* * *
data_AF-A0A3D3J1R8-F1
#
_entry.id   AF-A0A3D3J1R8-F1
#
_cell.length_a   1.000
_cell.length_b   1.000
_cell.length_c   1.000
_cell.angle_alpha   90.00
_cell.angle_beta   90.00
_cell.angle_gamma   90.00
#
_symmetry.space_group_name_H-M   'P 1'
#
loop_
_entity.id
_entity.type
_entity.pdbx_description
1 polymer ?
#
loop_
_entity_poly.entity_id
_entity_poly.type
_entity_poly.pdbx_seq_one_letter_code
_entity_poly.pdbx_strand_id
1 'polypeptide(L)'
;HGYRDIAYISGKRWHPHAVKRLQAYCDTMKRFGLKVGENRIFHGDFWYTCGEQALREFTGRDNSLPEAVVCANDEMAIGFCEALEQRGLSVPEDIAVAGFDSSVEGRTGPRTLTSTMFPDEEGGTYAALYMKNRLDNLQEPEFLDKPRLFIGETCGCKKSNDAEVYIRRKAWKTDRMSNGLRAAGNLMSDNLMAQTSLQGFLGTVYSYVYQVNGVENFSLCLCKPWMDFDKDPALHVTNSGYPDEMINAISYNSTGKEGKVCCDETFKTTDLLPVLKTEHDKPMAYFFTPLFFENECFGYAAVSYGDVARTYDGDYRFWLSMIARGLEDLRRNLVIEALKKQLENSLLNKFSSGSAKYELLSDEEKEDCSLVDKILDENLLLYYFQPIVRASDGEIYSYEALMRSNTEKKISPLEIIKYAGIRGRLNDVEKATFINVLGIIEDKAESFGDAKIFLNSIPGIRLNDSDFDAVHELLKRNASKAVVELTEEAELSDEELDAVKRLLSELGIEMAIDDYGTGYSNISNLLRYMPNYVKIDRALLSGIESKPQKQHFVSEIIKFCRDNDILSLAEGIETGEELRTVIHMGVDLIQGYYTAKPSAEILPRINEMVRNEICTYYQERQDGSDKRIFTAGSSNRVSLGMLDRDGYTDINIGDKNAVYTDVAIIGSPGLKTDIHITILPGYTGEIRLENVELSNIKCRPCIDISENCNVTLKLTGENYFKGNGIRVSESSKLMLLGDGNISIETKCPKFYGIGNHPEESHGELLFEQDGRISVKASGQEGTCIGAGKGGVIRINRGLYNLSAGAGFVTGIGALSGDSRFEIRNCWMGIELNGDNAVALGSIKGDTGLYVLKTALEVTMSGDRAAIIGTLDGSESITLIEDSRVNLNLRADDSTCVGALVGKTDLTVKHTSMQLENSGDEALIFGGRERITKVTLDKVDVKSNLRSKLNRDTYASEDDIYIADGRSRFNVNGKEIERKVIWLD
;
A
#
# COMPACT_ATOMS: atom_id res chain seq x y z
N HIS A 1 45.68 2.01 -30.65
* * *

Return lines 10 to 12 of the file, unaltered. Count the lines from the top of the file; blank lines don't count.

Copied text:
_cell.angle_gamma   90.00
#
_symmetry.space_group_name_H-M   'P 1'